A broad consumer group of electricity users with 50 member-organizations today expressed opposition to the pre-bidding conference that the government would be holding for the National Transmission Corporation citing several negative effects over the sale of its assets and liabilities to private hands.
EmPOWER Consumers said bidding out Transco’s assets, which is vested with public interest, poses a threat on the national security with a private company taking hold of all the transmission lines in the country.
“The winning bidder of Transco would be holding the switchboard of the entire country and has the power to turn it off at will. Even Malacañang would be on its knees before Transco’s would-be owners begging for electricity once this happens,” warned the group.
Milo N. Tanchuling, EmPOWER Consumers spokesperson and Freedom from Debt Coalition secretary general, said the public and the government would be at the mercy of the private company which would own Transco.
“The private company that would own Transco would only be accountable to its owners and not to the public. It could do whatever it wants with the transmission lines, hold power at source or raise prices exorbitantly to recover costs,” he said.
News accounts showed that the number of bidders pre-qualified to bid for the National Transmission Corp.’s 25-year concession contract has been trimmed down to three.
These include Terna-Rete Elettrica Nazionale S.P.A. of Italy with Two Rivers Holdings Pacific of the Metro Pacific group of businessman Manny Pangilinan; Malaysian group Tenaga Nasional Berhad with Newbridge Asia LLP in partnership with Triratna Holdings; and State Grid of China with Monte Oro Resources.
Tanchuling also berated Power Sector Assets and Liabilities Management (PSALM) Corp. Jose Ibazeta for his announcement that the bidding of Transco would be done behind closed doors.
Ibazeta said the bidding would be done out of the public eye as requested by the bidders to withhold their identity from the people.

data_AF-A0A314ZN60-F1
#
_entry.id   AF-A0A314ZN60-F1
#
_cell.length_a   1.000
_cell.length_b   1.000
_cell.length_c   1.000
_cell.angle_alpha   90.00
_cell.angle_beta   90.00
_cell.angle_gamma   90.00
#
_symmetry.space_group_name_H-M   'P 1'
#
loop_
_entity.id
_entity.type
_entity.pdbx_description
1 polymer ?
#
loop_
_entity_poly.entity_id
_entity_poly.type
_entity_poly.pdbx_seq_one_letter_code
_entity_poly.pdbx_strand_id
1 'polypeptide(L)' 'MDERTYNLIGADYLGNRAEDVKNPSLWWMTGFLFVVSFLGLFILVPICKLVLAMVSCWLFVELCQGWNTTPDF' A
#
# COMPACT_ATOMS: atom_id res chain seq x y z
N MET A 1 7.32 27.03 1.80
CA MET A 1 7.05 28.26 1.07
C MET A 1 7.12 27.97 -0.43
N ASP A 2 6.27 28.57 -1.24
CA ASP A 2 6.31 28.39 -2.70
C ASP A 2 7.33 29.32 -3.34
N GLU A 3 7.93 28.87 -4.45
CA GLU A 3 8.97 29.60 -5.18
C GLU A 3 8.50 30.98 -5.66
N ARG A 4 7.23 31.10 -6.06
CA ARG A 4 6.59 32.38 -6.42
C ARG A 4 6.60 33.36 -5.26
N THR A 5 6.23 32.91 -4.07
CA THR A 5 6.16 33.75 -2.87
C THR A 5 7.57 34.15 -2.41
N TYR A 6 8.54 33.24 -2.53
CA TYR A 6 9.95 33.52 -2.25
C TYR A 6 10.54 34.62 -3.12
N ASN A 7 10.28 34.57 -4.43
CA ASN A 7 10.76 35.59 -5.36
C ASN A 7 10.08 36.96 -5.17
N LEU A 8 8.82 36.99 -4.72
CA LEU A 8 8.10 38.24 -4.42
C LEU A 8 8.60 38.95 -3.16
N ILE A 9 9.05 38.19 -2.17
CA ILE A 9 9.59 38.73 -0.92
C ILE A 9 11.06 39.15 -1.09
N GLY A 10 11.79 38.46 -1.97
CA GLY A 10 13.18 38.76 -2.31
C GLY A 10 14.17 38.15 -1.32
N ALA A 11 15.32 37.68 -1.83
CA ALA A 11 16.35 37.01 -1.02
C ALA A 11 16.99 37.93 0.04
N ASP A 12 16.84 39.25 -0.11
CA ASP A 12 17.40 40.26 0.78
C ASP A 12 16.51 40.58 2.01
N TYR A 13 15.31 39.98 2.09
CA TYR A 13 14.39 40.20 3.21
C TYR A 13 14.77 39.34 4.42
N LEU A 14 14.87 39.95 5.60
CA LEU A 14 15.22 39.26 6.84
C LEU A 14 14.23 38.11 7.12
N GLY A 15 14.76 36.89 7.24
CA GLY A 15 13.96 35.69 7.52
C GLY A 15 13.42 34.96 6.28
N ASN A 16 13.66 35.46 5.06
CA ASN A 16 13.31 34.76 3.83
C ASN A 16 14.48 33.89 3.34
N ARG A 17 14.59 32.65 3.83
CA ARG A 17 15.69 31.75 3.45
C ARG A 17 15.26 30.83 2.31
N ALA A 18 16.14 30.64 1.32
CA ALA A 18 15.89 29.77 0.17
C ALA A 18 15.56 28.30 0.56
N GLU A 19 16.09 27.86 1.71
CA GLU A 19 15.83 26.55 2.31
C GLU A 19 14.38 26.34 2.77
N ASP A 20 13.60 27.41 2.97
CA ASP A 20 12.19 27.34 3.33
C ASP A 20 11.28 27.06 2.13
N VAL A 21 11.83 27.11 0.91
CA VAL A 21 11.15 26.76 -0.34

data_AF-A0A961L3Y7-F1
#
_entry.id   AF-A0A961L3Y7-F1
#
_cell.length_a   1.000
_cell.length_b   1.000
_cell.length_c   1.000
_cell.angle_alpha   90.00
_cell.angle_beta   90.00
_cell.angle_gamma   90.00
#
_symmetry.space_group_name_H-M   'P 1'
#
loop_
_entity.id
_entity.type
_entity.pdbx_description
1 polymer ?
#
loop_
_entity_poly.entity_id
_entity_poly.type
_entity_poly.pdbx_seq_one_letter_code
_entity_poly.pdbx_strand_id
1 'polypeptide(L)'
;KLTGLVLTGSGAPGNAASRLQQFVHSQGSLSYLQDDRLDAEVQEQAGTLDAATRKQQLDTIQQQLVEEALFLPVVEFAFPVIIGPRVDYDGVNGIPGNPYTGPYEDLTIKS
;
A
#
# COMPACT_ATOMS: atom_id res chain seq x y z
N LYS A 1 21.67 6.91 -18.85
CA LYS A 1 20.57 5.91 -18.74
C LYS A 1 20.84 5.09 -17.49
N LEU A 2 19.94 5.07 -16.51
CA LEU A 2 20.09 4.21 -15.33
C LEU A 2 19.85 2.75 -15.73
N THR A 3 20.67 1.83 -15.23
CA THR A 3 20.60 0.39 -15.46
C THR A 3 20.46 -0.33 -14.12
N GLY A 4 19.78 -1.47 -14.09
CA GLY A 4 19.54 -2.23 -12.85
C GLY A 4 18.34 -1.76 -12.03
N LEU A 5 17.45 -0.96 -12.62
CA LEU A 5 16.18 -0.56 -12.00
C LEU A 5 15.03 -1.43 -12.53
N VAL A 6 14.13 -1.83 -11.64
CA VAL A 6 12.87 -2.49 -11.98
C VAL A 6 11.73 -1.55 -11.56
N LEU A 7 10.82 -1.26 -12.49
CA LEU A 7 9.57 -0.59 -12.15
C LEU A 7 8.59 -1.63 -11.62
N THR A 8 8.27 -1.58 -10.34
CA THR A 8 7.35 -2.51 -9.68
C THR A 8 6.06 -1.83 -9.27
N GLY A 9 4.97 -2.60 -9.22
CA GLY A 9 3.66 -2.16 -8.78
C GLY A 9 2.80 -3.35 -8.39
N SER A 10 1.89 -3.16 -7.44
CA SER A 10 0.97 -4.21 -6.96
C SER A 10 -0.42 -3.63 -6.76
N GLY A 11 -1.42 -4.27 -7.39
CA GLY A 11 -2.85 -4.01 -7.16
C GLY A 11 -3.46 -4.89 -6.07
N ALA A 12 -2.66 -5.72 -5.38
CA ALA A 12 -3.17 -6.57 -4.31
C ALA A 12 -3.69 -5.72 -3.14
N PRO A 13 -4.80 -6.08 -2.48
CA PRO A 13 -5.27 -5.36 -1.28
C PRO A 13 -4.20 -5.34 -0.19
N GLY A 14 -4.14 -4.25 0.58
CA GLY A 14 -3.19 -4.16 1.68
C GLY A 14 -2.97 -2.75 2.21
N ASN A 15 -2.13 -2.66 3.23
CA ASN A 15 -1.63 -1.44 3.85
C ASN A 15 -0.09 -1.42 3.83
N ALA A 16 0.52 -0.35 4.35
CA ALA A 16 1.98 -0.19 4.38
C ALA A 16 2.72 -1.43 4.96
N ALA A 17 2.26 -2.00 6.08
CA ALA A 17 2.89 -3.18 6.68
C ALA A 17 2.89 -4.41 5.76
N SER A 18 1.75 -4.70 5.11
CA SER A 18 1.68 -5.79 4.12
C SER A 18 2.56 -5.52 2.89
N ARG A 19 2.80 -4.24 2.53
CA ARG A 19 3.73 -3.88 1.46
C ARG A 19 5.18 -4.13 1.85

Tanchuling said he finds no reason for government to sell such a company which is bringing in the money for government in terms of revenues and exchange it for spot cash.
“What is more important to PSALM? The interest of the public or of these private bidders. For a company which owns P15 billion annually and provides the connection between generation and distribution, there is so much public interest at stake that Transco’s bidding could not be done behind closed doors,” he added.
He pointed out that holding Transco’s bidding out of public scrutiny violates Art. II, Sec. 28 and Article III, Sec. 7 the Constitution and the Government Procurement Act (RA 9184) which mandates that there must be “transparency in the procurement process” and guarantees “public monitoring” to ensure that the bidding process is done in accordance to the law.
Tanchuling said bidding out Transco to a private company would only provide immediate relief but long-term pain with rates expectedly going up once the transmission company is privatized.
He noted that the winning bidder of Transco would have clean books as the loans incurred by the company would be absorbed by the government and passed on to the public.
“The Philippines is rich in experience in terms of privatization and we have already witnessed with our very eyes the horrors it brings to us. We do not expect anything good to happen to this undertaking besides giving the people more reason to castigate the government for its endless miseries,” he said.
Tanchuling said Transco should remain public to ensure a steady and reliable supply of electricity nationwide and all privatization efforts by the government on the power industry should be put to stop.
Draft Press Statement
November 14, 2007